With the Fukushima nuclear plant north of Tokyo still leaking radiation, demand for personal Geiger counters has been soaring with manufacturers struggling to keep pace with demand.
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In Tokyo’s electronics mecca of Akihabara, many stores have run out of the devices.
Akibaoo sales manager Makoto Ogasawara explains:
“Nobody even looked at or even knew the name of the Geiger counter, but ever since the massive earthquake struck, people became very interested, and those who were not interested before are buying them. Now, we are selling 100 times more.”
Some residents say they are not sure who to trust for their information, so they’ve decided to check the latest radiation levels for themselves.
Forty-eight year-old restaurant chef Bruno Menard explaines:
“There were some warnings that the level is very high around Fukushima and especially when it’s raining we have to be concerned.”
Keeping them on edge, are warnings of above safety levels of radiation readings found in some food grown in areas around the nuclear plant, as well as in tap water.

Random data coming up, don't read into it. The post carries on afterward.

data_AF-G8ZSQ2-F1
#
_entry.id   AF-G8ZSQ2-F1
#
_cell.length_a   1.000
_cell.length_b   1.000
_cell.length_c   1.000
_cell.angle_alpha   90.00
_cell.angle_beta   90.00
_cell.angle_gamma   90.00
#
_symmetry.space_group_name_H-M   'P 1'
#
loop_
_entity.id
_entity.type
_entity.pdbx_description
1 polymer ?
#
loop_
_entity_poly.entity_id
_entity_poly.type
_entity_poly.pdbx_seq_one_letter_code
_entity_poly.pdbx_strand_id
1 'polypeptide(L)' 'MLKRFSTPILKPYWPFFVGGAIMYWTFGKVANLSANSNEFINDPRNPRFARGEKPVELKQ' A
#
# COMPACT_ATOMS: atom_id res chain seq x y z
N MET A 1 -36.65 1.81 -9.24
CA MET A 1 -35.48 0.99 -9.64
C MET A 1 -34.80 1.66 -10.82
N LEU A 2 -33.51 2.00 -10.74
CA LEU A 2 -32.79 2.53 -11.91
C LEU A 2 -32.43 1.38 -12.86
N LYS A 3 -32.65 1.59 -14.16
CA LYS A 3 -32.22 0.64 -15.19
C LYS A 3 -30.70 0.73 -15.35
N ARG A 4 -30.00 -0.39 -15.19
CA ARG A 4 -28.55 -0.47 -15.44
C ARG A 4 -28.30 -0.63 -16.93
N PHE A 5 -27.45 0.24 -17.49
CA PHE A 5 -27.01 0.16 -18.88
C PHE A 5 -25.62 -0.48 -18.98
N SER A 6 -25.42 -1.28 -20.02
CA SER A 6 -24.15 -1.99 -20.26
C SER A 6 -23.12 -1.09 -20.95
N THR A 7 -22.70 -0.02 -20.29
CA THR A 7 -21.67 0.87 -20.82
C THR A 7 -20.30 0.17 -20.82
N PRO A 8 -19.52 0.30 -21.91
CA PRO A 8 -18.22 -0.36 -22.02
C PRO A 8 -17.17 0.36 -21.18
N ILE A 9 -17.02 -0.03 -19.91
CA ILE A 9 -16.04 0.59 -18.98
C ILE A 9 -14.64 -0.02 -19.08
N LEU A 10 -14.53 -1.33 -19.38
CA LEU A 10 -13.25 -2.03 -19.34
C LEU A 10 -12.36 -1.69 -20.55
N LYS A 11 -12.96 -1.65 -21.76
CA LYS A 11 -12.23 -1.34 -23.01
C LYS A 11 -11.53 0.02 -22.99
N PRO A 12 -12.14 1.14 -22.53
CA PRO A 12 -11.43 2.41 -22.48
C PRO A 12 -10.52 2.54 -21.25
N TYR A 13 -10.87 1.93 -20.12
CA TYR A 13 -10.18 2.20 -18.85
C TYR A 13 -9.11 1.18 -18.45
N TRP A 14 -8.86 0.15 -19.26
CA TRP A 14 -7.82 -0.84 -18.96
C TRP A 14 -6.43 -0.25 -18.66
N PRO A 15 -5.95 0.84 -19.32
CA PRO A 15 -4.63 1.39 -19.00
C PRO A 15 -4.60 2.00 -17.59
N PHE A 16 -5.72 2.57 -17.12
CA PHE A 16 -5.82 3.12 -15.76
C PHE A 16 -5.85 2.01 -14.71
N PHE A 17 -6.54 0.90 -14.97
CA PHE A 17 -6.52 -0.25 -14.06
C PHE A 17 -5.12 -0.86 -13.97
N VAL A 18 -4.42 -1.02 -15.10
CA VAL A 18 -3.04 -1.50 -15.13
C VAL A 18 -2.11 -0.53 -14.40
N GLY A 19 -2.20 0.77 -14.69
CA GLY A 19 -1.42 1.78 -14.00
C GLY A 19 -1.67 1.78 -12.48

Fuji Electric is one of Japan’s Geiger counter manufacturers. Its factory workers have been operating at full shift and with production up five-fold since the March 11 quake.
CEO Mochihiro Kitazawa says his company has also benefited from efforts to make the devices less complex so anybody can use them.
“Of course, there was the earthquake, but in the past 2-3 years, we have been trying to produce Geiger counters that are easier to operate.”
Most of the Geiger counters at this factory are hand-made, taking workers roughly three to four months to complete.
Bottom line: Japanese consumers snap up Geiger counters amid radiation fears, as manufacturers struggle to keep up with demand.